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In the early stages of the response to COVID-19, officials acted quickly to curtail contagion by decreasing human movement and interaction. By May 2020, PEW Research Center reported that 91 percent of the global population lived in countries with travel restrictions, many closing their borders to international travelers. Now, as some countries seemingly move past their infection peak and develop plans to reopen borders, we witness glimmers of what travel may look like in a post-COVID-19 future.

Iceland acts as a pioneer of reopening, with plans to open borders to international travelers on June 15, through widespread testing and detailed tracking of travelers and citizens. I am left to speculate how Iceland’s clever strategies will influence the United States’ approach to opening borders for travelers:

Mandatory Testing Before Entry

Iceland plans to require every traveler to complete a COVID-19 quick-test upon entry. Since international travel initiated global spread of COVID-19, acquiring accurate virus case data will improve the safety of travelers and citizens. Thus, I expect the United States will implement a similar comprehensive testing strategy once borders reopen.

Face mask on luggageTracking Travel Through Apps

In addition to testing, Iceland developed the Rakning C-19 tracing app to track the movements and proximity of individuals within the country. A user may report a positive test result to the app, which will then notify users who were in dangerous proximity to the confirmed case. So far, nearly 40 percent of Iceland’s population has downloaded the app.  

I think tracing will be an important tactic for safely reopening borders in the United States. The app addresses the highly contagious nature of COVID-19 by decreasing the ambiguity of infection risk. The certainty offered through proximity monitoring may alleviate anxieties individuals face while readapting to public spaces. In addition, the tracing app will allow careful monitoring of viral spread. 

Requiring Travel Health Insurance 

I expect we will also see an increase in travel insurance requirements for international travelers. While testing and tracing help to reduce and pinpoint COVID-19 cases as borders open, health insurance coverage is necessary for travelers who do end up contracting the virus. I expect the U.S. will require proof of travel health insurance to cover travelers’ potential health care needs.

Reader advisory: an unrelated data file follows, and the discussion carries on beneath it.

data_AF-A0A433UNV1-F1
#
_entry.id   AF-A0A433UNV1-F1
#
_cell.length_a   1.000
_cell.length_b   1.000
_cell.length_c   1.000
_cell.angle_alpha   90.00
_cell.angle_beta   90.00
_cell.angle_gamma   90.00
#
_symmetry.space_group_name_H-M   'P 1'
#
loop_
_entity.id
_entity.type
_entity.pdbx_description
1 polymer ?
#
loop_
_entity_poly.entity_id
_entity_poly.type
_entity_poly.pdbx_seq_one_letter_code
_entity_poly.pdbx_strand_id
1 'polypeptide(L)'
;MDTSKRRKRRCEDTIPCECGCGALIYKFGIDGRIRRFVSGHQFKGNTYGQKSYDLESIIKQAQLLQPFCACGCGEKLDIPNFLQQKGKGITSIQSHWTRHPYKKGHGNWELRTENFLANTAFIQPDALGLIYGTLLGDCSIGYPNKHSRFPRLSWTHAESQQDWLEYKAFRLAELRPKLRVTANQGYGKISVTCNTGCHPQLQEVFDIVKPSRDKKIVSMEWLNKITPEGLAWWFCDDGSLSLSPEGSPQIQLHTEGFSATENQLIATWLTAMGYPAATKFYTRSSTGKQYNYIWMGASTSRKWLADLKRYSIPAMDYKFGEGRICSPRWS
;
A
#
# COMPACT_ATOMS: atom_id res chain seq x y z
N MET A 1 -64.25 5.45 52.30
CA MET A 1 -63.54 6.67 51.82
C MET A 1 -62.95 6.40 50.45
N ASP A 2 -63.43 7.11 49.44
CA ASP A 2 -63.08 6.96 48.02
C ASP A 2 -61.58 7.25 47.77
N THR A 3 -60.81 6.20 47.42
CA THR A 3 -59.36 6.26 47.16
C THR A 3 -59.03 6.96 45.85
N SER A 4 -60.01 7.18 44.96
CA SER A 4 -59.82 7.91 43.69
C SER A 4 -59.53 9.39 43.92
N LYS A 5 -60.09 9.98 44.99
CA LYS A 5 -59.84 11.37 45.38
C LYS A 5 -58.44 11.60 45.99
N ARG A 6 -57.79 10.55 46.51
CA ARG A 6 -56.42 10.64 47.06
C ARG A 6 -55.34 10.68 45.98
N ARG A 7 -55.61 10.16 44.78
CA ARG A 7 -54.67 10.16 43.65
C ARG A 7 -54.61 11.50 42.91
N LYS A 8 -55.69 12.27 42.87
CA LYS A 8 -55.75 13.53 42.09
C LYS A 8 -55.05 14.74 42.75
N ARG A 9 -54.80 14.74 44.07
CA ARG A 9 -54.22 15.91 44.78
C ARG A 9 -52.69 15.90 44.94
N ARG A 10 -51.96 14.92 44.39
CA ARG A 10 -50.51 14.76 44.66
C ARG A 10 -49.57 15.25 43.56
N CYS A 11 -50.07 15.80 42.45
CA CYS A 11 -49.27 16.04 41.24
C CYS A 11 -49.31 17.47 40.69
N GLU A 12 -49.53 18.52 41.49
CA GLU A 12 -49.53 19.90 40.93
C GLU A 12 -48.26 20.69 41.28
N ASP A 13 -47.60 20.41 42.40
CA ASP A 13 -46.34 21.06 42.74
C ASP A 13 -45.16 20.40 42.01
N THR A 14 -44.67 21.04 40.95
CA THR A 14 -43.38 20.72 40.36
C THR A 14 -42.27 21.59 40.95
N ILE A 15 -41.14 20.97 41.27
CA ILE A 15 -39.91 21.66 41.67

Opportunities and Threats of Reopening 

We certainly face unprecedented circumstances for international travel, but I anticipate a quick recovery in consumers’ travel interests. 

Many travelers received credits for flights canceled due to the travel restrictions, which I suspect they will eagerly use after living through months of restrictions. I also think free COVID-19 tests at airports may appeal to travelers since the COVID-19 experience included distinct test shortages and an associated heightened sense of uncertainty. 

However, despite a recovering interest in travel, fear of potentially being quarantined in an airport persists. I hope this emerging anxiety inspires governments to develop initiatives that ensure safe and speedy return of their citizens. In addition, I hope airlines permanently maintain  flexibility for rescheduled travel and canceled flights. Once travelers receive assurances that they can travel and return home safely, I believe travel will quickly resume. 

I am watching hopefully as Iceland ramps up to welcome international travelers. We will see in the coming weeks if their combination of testing and tracking proves effective, and if other travel destinations choose to follow suit.

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